National Lutheran News

Metro Lutheran’s 2002 Gold Pen winner dies

Alvin Rueter created, hosted radio series “Sing for Joy”

The winner of the 2002 Metro Lutheran Gold Pen Award has died at age 86. Dr.
Alvin Rueter, whom the paper recognized that year for excellence as a religion
communicator, was the creator of the widely-broadcast sacred music radio
series “Sing for Joy.” For many years he was also the host of the program, which
continues on area radio stations as well as on hundreds more nationwide.

Rueter once told Metro Lutheran, “I created the [radio] series when I was a
young pastor. I was trying to launch a Lutheran mission congregation in Tulsa,
Oklahoma. In the midst of so many conservative Baptists, I discovered there was
almost no understanding of, or appreciation for, Lutheran liturgy or the every-
Sunday lectionary (the system of ordering how Scripture is assigned for use at
worship). I decided a radio program linking good Lutheran choral music to the
Scripture texts for the coming Sunday might be the right approach.”

Rueter was ordained a pastor in the former American Lutheran Church (ALC),
which became part of the present Evangelical Lutheran Church in America
(ELCA). He served congregations in the Los Angeles area; Tulsa; Lincoln,
Nebraska; and the Twin Cities. The last parish he served was Bethlehem
Lutheran, in the Midway District of St. Paul.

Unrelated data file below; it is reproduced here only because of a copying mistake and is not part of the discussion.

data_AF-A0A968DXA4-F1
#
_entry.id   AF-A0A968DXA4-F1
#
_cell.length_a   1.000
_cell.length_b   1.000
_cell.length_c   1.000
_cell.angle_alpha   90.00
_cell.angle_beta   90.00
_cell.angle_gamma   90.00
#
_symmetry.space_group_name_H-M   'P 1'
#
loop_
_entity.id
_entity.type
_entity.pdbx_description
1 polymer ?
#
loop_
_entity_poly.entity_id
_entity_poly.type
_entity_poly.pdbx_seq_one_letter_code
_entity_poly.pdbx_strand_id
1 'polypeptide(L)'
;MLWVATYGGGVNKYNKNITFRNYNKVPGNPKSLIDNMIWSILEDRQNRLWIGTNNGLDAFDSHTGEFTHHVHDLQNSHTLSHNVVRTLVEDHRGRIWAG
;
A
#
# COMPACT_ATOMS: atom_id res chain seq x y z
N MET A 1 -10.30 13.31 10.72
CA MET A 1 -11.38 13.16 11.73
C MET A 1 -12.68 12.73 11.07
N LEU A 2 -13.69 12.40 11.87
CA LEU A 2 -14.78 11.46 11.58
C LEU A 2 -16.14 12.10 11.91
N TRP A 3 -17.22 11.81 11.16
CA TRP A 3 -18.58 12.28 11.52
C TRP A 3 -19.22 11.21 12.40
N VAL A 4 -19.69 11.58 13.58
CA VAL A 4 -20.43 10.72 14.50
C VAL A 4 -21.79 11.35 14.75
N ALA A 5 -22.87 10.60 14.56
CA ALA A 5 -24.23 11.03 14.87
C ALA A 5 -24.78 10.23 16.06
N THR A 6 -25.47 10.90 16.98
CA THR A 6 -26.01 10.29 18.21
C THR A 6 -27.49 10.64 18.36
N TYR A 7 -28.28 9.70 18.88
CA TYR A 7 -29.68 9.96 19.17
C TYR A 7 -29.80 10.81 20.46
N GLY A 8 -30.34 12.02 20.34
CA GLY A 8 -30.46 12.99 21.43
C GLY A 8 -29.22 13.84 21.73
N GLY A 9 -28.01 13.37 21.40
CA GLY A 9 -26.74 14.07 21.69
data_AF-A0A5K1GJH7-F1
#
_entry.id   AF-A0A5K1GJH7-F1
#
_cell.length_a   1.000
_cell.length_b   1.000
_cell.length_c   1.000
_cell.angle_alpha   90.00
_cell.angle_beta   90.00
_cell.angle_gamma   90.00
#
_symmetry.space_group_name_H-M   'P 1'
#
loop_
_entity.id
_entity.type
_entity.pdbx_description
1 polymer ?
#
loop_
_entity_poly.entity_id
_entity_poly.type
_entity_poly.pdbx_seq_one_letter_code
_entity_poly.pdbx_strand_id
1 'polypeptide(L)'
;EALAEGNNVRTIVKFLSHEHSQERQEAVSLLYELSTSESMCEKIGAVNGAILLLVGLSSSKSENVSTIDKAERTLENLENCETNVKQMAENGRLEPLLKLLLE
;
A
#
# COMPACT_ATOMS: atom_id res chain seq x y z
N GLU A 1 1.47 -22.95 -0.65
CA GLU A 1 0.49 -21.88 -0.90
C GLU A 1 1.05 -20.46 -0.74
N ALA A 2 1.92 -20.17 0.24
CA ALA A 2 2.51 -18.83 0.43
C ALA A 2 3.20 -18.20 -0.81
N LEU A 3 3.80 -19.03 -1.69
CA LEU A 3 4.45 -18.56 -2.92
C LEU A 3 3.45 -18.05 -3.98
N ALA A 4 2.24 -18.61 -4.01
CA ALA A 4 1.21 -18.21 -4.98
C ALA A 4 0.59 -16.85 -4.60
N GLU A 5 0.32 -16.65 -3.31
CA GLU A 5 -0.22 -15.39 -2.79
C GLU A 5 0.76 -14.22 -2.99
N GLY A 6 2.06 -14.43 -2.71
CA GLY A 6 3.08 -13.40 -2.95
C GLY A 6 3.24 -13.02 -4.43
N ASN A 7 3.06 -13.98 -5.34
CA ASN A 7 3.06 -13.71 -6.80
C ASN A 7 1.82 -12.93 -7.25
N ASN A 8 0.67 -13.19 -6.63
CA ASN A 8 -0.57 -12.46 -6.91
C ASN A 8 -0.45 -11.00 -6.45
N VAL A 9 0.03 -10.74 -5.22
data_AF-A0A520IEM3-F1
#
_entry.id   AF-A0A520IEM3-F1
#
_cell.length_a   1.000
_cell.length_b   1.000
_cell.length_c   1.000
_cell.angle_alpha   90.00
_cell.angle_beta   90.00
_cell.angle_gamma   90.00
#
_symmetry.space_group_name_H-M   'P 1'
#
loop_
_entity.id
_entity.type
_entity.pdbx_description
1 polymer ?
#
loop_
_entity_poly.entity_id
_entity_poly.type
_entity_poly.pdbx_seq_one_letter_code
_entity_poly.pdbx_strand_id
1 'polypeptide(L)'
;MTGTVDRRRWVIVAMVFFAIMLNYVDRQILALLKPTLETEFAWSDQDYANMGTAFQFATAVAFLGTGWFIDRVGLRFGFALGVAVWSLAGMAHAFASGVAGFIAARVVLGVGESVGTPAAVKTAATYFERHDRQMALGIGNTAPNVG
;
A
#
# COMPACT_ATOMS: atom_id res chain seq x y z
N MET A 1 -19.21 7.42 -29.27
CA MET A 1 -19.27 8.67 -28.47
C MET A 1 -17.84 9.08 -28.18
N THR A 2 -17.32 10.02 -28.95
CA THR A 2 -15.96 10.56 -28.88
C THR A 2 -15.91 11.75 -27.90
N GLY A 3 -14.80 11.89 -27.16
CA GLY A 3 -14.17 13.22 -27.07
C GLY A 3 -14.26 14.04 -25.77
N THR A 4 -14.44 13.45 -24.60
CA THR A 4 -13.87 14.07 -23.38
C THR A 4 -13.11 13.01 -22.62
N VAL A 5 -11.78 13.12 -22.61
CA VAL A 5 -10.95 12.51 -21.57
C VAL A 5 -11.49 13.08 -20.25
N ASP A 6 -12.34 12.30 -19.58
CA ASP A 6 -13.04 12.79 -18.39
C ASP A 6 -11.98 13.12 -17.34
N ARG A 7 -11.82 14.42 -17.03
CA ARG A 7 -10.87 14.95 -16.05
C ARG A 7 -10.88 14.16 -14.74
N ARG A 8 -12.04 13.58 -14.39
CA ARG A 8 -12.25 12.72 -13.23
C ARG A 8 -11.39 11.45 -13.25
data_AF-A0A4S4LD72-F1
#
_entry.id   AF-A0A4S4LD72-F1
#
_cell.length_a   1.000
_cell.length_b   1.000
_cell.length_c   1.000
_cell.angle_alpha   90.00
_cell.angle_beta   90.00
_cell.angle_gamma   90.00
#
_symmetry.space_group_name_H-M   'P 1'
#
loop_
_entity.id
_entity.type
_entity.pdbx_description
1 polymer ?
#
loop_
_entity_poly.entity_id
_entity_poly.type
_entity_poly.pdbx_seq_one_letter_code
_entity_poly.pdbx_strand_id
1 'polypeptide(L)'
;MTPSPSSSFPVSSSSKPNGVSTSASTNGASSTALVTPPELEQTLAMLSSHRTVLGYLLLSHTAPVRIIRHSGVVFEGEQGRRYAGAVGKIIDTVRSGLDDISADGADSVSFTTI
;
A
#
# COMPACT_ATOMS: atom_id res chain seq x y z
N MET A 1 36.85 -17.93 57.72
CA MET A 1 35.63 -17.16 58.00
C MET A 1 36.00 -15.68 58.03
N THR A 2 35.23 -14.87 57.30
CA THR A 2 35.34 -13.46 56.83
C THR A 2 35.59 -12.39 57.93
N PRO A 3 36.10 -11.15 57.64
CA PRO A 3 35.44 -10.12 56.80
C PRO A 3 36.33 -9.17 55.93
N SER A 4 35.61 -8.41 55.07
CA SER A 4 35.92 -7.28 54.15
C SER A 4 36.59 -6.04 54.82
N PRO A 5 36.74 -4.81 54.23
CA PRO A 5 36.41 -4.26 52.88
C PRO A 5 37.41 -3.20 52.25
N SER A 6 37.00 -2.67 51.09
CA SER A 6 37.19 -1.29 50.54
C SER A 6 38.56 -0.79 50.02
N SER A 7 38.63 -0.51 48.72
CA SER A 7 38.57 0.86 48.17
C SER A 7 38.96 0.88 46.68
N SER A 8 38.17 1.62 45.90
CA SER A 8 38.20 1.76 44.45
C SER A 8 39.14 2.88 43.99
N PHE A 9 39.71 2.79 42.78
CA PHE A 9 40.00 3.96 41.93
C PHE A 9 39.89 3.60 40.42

At a time of life when most clergy are thinking of retiring and slowing down,
Rueter seemed to be stepping up the pace. He completed a doctoral program in
speech communication at the University of Minnesota at age 65, then became a
coach in public speaking for corporate leaders in the Twin Cities. He taught
preaching at Luther Seminary, St. Paul, Minnesota.

After Luther passed him over for a full-time homiletics (preaching) position, he
developed a program for training deacons in the Roman Catholic Archdiocese of
St. Paul and Minneapolis in the art of proclamation. He also created a series for
Lutheran and other Christian clergy, “Making Good Preaching Better.” Liturgical
Press, Collegeville, Minnesota, published his book bearing the same title. He
also taught preaching at the Lutheran seminary in Hong Kong.

Rueter died in Blair, Nebraska, where he had been receiving medical care while
struggling with terminal cancer. His remains were interred in Blair, next to those
of his wife, Beulah, who predeceased him, and his daughter, Pauline, who died
in childhood.